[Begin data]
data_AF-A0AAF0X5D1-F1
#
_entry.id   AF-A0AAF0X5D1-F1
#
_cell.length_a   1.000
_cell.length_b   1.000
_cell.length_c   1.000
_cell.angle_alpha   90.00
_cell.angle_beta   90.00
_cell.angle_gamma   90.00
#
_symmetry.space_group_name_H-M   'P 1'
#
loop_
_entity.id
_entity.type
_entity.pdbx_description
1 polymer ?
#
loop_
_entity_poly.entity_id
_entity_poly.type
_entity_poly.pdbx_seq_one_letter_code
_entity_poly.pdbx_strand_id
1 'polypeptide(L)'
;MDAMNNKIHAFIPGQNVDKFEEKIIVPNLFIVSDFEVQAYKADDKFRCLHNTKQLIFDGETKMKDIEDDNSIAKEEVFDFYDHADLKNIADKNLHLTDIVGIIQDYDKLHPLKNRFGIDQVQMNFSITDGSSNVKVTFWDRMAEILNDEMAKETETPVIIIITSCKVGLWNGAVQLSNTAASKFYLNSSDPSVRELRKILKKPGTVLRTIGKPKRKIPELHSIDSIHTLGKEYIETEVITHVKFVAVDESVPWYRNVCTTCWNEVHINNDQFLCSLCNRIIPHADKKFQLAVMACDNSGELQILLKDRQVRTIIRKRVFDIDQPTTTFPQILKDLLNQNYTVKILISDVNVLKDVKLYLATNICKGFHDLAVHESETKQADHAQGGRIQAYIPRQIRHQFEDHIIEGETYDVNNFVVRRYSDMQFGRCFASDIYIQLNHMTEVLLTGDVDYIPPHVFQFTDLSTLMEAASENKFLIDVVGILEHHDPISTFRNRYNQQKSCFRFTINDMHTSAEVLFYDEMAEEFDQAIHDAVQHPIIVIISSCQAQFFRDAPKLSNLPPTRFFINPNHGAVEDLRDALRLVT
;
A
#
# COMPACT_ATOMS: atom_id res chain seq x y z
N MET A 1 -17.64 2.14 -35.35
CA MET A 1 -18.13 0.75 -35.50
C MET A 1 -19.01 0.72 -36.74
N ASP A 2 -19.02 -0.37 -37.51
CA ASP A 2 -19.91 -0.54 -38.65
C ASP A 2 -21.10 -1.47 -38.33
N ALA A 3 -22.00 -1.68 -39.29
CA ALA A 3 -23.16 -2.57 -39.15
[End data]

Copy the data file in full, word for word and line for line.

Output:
data_AF-A0AAF0X5D1-F1
#
_entry.id   AF-A0AAF0X5D1-F1
#
_cell.length_a   1.000
_cell.length_b   1.000
_cell.length_c   1.000
_cell.angle_alpha   90.00
_cell.angle_beta   90.00
_cell.angle_gamma   90.00
#
_symmetry.space_group_name_H-M   'P 1'
#
loop_
_entity.id
_entity.type
_entity.pdbx_description
1 polymer ?
#
loop_
_entity_poly.entity_id
_entity_poly.type
_entity_poly.pdbx_seq_one_letter_code
_entity_poly.pdbx_strand_id
1 'polypeptide(L)'
;MDAMNNKIHAFIPGQNVDKFEEKIIVPNLFIVSDFEVQAYKADDKFRCLHNTKQLIFDGETKMKDIEDDNSIAKEEVFDFYDHADLKNIADKNLHLTDIVGIIQDYDKLHPLKNRFGIDQVQMNFSITDGSSNVKVTFWDRMAEILNDEMAKETETPVIIIITSCKVGLWNGAVQLSNTAASKFYLNSSDPSVRELRKILKKPGTVLRTIGKPKRKIPELHSIDSIHTLGKEYIETEVITHVKFVAVDESVPWYRNVCTTCWNEVHINNDQFLCSLCNRIIPHADKKFQLAVMACDNSGELQILLKDRQVRTIIRKRVFDIDQPTTTFPQILKDLLNQNYTVKILISDVNVLKDVKLYLATNICKGFHDLAVHESETKQADHAQGGRIQAYIPRQIRHQFEDHIIEGETYDVNNFVVRRYSDMQFGRCFASDIYIQLNHMTEVLLTGDVDYIPPHVFQFTDLSTLMEAASENKFLIDVVGILEHHDPISTFRNRYNQQKSCFRFTINDMHTSAEVLFYDEMAEEFDQAIHDAVQHPIIVIISSCQAQFFRDAPKLSNLPPTRFFINPNHGAVEDLRDALRLVT
;
A
#
# COMPACT_ATOMS: atom_id res chain seq x y z
N MET A 1 -17.64 2.14 -35.35
CA MET A 1 -18.13 0.75 -35.50
C MET A 1 -19.01 0.72 -36.74
N ASP A 2 -19.02 -0.37 -37.51
CA ASP A 2 -19.91 -0.54 -38.65
C ASP A 2 -21.10 -1.47 -38.33
N ALA A 3 -22.00 -1.68 -39.29
CA ALA A 3 -23.16 -2.57 -39.15